Not only do operators need to manage the experience in the home, but they also need to manage the experience from the Wi-Fi access point to the devices in the home as they are now looking at connecting multiple customers across a single broadband network. Consumers are increasingly expectant of their service providers to guarantee high-quality, fast broadband services. All of these devices need to be remotely controlled and managed. Broadband service providers are continually looking for ways to better manage and monetize the connected home.

This demand for better network services has presented operators with the opportunity to turn towards end-user network gateways such as Wi-Fi routers as a platform to unlock a myriad of third-party applications and services. These end-user gateways often serve as the central point for connectivity and network security inside the home.

By leveraging a centralised Internet gateway device or other CPE, service providers can effectively deploy, activate and manage third party applications such as parental controls, private homeworking, Wi-Fi analytics, smart home functions, any third party entertainment and gaming services and security solutions to consumers. This also allows service providers to differentiate and scale their business models to provide a more customizable offering to each subscriber.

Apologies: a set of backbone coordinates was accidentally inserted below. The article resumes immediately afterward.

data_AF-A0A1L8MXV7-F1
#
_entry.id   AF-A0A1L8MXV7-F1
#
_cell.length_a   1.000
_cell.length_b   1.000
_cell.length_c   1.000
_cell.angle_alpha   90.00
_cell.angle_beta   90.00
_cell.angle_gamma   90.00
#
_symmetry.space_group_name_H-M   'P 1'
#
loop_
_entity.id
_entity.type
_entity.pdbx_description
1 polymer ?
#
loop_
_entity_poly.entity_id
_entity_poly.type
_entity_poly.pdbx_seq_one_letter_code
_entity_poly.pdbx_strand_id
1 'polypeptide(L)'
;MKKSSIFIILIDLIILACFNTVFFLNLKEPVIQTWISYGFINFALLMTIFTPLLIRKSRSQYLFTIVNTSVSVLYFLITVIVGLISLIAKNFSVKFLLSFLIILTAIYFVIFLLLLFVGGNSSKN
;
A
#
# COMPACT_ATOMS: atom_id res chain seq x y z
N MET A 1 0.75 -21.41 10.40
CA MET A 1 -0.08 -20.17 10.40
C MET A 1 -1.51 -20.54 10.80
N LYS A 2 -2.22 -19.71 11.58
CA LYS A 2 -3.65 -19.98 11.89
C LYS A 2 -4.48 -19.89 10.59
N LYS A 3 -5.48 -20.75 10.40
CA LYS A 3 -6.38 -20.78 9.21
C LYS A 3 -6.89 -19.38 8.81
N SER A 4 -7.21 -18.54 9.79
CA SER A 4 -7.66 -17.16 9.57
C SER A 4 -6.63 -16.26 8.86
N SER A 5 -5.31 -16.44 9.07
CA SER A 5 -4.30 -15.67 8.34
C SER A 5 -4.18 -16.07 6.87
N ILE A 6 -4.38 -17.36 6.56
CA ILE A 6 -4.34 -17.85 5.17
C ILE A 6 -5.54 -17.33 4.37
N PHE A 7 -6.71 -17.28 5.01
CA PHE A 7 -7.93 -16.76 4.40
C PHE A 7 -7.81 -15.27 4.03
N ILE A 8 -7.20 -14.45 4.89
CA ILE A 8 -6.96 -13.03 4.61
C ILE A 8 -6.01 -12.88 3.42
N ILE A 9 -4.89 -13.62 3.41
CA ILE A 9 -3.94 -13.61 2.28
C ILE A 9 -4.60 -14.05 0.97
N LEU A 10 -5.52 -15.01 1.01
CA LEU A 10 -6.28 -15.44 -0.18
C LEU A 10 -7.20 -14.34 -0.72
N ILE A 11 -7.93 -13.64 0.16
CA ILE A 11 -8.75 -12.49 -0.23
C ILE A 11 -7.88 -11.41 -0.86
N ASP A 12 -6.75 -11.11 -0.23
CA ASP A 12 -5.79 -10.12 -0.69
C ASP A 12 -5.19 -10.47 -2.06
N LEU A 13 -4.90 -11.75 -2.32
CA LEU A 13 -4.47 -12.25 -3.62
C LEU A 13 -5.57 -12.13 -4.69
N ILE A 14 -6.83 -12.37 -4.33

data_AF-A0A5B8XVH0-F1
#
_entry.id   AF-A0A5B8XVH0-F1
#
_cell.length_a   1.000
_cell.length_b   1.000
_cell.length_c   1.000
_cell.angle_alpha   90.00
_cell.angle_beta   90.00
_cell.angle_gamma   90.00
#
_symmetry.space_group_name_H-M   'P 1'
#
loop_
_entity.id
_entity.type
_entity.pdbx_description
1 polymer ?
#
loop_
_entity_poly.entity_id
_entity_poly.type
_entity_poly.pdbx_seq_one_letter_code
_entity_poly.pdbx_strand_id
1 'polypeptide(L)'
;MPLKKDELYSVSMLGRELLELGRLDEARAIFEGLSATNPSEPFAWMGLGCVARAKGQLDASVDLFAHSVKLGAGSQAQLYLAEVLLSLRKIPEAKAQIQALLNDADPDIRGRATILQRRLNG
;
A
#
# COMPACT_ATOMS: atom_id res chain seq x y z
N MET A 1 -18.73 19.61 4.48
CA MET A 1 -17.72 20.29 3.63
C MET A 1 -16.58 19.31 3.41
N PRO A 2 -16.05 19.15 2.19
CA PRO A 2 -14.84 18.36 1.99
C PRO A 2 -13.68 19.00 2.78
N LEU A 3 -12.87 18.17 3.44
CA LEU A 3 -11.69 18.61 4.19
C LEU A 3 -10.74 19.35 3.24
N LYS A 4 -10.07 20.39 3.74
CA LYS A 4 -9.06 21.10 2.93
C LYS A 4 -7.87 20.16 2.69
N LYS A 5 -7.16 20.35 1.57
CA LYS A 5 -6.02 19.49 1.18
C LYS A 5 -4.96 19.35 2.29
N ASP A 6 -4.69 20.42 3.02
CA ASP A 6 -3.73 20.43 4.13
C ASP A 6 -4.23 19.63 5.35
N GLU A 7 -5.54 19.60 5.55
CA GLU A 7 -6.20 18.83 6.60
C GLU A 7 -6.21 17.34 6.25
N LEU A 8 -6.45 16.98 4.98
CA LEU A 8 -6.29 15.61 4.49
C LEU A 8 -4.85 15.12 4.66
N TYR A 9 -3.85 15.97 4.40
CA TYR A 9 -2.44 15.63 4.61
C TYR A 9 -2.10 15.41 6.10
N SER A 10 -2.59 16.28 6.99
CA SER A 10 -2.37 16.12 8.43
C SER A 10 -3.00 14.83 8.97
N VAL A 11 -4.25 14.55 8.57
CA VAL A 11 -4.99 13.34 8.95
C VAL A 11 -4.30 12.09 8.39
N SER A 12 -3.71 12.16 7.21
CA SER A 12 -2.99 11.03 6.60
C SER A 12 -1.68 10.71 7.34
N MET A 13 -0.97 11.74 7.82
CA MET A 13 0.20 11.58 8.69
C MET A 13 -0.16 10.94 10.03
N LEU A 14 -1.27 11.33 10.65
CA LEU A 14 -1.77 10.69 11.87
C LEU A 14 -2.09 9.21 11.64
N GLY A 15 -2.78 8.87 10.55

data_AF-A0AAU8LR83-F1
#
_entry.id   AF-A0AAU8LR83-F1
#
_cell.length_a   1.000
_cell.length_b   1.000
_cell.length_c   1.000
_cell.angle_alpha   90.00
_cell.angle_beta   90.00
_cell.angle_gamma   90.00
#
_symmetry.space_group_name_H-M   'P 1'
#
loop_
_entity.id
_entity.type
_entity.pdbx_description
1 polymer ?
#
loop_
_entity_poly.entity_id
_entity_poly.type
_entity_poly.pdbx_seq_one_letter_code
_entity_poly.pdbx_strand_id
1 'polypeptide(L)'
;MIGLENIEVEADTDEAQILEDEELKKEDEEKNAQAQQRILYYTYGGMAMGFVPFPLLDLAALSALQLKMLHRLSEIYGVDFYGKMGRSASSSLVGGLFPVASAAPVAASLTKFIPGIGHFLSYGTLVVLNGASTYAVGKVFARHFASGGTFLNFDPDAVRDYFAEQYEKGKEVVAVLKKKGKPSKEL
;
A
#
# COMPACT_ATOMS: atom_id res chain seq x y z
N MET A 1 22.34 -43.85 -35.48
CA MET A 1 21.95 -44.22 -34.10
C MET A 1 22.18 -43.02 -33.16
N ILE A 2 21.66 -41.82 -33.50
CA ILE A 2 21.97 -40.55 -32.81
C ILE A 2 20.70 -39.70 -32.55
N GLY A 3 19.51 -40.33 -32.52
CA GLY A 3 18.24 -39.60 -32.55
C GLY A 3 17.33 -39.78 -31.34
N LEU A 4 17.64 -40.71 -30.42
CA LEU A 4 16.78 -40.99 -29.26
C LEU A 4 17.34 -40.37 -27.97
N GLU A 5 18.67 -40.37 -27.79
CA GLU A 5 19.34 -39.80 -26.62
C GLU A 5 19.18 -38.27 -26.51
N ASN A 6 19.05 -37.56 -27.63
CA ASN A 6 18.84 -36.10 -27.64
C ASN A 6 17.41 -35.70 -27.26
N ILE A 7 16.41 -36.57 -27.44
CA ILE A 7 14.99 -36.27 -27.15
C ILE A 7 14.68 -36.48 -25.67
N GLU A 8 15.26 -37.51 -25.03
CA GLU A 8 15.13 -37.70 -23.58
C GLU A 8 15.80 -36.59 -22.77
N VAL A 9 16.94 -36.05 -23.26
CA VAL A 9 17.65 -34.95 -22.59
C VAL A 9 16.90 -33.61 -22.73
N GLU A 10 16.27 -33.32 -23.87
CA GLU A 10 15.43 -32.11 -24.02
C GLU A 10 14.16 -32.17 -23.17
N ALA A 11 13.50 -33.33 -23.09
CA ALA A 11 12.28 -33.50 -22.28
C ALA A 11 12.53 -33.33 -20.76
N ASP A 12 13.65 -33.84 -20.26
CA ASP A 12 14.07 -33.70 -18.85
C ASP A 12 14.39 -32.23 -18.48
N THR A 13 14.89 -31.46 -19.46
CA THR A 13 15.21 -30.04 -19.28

The exploitable functionality of an additional app-like service layer right at the edge of the network will allow more control and better resilience for all the players in the ecosystem, as well as improving choice and the overall experience for customers. This paves the way to what many could see as the broadband service providers own “dynamic app store”. Driving any additional services to be uniquely stored on the subscriber’s broadband gateway and separated in individual secure software containers.

Creating seamless migration with disaggregated software approaches